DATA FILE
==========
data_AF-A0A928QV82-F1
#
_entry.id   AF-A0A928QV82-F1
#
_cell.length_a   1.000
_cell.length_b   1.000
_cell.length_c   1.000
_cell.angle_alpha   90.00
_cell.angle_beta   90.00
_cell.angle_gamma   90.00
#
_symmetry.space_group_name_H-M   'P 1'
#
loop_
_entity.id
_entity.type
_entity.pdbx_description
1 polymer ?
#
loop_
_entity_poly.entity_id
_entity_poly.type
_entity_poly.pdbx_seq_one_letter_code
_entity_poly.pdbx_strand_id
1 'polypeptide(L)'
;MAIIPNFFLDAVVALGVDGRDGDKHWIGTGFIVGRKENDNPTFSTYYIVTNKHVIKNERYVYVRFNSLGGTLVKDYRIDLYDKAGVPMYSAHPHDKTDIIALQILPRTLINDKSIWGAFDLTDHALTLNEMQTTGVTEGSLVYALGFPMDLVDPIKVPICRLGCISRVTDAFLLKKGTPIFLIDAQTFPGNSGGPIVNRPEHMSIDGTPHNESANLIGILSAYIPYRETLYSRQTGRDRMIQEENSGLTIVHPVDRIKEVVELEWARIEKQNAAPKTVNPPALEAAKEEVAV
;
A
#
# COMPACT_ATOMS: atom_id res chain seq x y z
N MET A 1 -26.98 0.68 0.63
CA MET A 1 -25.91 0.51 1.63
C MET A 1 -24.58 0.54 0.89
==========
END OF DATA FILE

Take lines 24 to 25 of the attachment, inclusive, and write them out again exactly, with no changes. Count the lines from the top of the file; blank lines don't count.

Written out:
_entity_poly.pdbx_strand_id
1 'polypeptide(L)'